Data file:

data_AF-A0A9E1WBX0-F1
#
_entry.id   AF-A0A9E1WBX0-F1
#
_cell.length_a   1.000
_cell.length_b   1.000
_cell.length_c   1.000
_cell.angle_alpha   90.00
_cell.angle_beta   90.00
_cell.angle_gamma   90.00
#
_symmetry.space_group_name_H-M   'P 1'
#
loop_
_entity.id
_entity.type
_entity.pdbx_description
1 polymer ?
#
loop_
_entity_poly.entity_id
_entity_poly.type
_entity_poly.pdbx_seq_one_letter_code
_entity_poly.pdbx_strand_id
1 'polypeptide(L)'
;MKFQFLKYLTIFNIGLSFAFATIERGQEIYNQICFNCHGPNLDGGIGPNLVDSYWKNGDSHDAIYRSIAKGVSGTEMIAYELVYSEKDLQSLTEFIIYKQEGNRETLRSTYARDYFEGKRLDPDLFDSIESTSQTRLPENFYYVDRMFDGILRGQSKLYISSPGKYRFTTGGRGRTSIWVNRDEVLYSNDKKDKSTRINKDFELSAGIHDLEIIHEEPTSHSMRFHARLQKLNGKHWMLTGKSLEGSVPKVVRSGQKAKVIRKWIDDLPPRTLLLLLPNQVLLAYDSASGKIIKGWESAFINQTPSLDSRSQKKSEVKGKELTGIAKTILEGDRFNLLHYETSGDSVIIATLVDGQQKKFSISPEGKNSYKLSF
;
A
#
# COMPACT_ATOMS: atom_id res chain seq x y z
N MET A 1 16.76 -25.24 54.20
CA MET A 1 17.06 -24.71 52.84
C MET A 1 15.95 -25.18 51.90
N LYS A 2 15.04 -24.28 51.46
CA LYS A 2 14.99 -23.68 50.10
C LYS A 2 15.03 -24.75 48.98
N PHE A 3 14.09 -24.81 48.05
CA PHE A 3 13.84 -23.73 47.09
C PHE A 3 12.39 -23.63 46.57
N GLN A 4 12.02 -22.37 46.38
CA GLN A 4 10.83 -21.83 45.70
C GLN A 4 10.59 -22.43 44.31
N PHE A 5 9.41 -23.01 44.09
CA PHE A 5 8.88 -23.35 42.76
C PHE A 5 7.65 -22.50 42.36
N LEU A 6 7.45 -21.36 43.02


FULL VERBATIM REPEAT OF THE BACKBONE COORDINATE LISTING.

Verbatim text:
data_AF-A0A9E1WBX0-F1
#
_entry.id   AF-A0A9E1WBX0-F1
#
_cell.length_a   1.000
_cell.length_b   1.000
_cell.length_c   1.000
_cell.angle_alpha   90.00
_cell.angle_beta   90.00
_cell.angle_gamma   90.00
#
_symmetry.space_group_name_H-M   'P 1'
#
loop_
_entity.id
_entity.type
_entity.pdbx_description
1 polymer ?
#
loop_
_entity_poly.entity_id
_entity_poly.type
_entity_poly.pdbx_seq_one_letter_code
_entity_poly.pdbx_strand_id
1 'polypeptide(L)'
;MKFQFLKYLTIFNIGLSFAFATIERGQEIYNQICFNCHGPNLDGGIGPNLVDSYWKNGDSHDAIYRSIAKGVSGTEMIAYELVYSEKDLQSLTEFIIYKQEGNRETLRSTYARDYFEGKRLDPDLFDSIESTSQTRLPENFYYVDRMFDGILRGQSKLYISSPGKYRFTTGGRGRTSIWVNRDEVLYSNDKKDKSTRINKDFELSAGIHDLEIIHEEPTSHSMRFHARLQKLNGKHWMLTGKSLEGSVPKVVRSGQKAKVIRKWIDDLPPRTLLLLLPNQVLLAYDSASGKIIKGWESAFINQTPSLDSRSQKKSEVKGKELTGIAKTILEGDRFNLLHYETSGDSVIIATLVDGQQKKFSISPEGKNSYKLSF
;
A
#
# COMPACT_ATOMS: atom_id res chain seq x y z
N MET A 1 16.76 -25.24 54.20
CA MET A 1 17.06 -24.71 52.84
C MET A 1 15.95 -25.18 51.90
N LYS A 2 15.04 -24.28 51.46
CA LYS A 2 14.99 -23.68 50.10
C LYS A 2 15.03 -24.75 48.98
N PHE A 3 14.09 -24.81 48.05
CA PHE A 3 13.84 -23.73 47.09
C PHE A 3 12.39 -23.63 46.57
N GLN A 4 12.02 -22.37 46.38
CA GLN A 4 10.83 -21.83 45.70
C GLN A 4 10.59 -22.43 44.31
N PHE A 5 9.41 -23.01 44.09
CA PHE A 5 8.88 -23.35 42.76
C PHE A 5 7.65 -22.50 42.36
N LEU A 6 7.45 -21.36 43.02